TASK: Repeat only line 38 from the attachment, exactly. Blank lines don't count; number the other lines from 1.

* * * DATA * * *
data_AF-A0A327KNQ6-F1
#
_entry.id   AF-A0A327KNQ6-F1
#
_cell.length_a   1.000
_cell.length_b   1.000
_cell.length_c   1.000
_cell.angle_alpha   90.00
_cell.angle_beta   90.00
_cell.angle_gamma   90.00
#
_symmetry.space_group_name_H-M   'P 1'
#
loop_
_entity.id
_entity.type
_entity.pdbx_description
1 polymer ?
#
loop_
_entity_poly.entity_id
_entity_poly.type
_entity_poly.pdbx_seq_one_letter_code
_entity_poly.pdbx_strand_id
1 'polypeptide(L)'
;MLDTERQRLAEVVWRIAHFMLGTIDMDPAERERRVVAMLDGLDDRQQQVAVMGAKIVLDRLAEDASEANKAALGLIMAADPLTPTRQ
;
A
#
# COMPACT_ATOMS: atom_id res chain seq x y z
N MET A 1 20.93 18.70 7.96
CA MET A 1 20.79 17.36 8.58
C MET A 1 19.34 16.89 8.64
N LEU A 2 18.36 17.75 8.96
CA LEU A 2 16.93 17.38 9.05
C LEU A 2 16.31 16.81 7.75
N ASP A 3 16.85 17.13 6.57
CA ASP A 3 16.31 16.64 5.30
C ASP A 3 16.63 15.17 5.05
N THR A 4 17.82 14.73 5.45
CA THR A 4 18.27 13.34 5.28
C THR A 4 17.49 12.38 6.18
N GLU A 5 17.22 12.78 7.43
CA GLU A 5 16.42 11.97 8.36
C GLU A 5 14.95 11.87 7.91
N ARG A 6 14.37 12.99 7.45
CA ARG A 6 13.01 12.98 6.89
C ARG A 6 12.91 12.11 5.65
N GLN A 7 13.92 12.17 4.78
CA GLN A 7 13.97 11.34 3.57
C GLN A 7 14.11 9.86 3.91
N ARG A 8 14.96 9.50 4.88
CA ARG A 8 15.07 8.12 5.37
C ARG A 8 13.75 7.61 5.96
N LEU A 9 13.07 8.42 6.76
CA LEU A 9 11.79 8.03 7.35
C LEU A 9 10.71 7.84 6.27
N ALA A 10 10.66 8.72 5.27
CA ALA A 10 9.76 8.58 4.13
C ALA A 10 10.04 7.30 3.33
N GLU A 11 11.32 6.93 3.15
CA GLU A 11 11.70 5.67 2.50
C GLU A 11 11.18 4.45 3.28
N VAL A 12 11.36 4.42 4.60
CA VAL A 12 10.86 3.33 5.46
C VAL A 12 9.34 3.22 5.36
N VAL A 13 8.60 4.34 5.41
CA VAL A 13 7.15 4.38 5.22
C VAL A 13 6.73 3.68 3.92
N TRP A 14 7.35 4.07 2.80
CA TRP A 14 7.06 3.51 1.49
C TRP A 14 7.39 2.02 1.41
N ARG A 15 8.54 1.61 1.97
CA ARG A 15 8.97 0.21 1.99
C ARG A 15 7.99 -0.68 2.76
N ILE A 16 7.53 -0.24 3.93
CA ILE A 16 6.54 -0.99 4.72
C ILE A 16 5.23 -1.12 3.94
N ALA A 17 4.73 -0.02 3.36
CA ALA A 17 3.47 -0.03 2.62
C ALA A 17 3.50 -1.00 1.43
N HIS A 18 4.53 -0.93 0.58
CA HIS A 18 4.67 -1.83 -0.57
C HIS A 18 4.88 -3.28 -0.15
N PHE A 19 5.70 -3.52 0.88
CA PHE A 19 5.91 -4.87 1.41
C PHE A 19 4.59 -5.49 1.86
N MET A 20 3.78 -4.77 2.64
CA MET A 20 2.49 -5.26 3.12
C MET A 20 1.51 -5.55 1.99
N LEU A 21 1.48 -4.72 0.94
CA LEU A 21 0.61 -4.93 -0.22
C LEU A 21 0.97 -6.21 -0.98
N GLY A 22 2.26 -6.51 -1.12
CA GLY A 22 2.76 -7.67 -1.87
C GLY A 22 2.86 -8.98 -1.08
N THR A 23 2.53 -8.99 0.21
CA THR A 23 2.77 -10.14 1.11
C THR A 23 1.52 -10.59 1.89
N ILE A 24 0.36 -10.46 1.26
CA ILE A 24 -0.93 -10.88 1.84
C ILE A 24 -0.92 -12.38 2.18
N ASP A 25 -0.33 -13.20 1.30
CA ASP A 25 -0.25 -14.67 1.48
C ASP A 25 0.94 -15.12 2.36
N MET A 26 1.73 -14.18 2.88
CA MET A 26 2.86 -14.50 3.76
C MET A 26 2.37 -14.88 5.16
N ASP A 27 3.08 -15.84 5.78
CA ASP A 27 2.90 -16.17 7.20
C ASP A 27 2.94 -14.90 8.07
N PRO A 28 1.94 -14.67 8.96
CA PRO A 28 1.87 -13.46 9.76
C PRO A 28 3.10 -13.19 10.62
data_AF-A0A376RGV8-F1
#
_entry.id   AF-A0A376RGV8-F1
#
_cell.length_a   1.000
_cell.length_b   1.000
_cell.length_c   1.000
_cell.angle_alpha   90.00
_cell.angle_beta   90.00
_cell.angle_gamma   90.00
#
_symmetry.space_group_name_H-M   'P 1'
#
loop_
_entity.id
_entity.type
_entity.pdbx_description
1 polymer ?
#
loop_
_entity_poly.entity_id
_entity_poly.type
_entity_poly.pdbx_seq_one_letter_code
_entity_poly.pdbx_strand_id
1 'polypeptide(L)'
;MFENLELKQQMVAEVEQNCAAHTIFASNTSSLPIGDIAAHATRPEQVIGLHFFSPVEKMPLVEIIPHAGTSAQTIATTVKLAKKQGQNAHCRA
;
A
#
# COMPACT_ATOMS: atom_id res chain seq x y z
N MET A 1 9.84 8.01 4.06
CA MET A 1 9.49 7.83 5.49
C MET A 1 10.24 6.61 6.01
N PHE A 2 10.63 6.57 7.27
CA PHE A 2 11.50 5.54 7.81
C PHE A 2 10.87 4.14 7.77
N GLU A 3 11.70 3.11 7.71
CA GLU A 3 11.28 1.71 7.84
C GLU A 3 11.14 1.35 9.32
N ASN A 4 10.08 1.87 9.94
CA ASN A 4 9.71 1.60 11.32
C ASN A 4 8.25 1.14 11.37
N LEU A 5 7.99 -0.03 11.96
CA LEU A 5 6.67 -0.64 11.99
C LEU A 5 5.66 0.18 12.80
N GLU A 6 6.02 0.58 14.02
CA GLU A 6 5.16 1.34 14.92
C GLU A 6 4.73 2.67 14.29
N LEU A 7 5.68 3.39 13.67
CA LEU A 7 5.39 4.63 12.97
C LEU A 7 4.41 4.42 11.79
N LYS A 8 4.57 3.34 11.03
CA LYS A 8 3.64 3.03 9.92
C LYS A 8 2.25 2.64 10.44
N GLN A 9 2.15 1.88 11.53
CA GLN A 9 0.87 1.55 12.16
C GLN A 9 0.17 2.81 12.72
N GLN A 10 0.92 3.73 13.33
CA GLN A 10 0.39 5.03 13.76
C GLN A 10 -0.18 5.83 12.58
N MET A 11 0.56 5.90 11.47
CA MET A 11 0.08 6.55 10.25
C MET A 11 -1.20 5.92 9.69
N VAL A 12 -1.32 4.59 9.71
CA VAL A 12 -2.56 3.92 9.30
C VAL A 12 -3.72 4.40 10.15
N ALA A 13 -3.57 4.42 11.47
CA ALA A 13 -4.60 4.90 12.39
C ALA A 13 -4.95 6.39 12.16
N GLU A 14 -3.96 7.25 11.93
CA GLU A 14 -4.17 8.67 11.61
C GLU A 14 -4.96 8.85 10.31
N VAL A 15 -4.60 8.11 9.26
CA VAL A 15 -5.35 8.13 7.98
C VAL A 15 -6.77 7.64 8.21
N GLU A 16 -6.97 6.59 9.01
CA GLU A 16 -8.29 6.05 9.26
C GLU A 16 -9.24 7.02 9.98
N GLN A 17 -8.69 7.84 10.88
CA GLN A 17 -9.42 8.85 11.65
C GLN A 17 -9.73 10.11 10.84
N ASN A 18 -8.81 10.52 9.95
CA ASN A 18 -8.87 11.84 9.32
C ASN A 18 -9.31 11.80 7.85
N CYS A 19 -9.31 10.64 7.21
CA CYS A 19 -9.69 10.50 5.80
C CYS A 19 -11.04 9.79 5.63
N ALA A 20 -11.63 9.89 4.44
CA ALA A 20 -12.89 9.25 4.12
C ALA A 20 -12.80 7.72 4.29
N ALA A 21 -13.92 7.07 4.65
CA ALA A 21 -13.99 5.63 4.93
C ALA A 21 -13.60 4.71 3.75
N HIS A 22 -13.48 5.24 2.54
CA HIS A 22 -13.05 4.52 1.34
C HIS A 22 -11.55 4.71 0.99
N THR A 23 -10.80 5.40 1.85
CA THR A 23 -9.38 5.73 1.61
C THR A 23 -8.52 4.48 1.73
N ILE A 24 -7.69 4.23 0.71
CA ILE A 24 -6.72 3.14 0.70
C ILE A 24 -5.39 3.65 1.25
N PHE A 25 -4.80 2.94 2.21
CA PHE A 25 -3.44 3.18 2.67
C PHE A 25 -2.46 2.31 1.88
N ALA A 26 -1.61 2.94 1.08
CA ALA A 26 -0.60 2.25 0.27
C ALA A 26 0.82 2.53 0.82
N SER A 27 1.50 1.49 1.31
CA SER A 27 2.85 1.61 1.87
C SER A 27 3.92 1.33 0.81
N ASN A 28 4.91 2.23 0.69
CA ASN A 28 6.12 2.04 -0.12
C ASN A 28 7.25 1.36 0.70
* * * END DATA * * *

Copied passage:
CA ASP A 3 16.31 16.64 5.30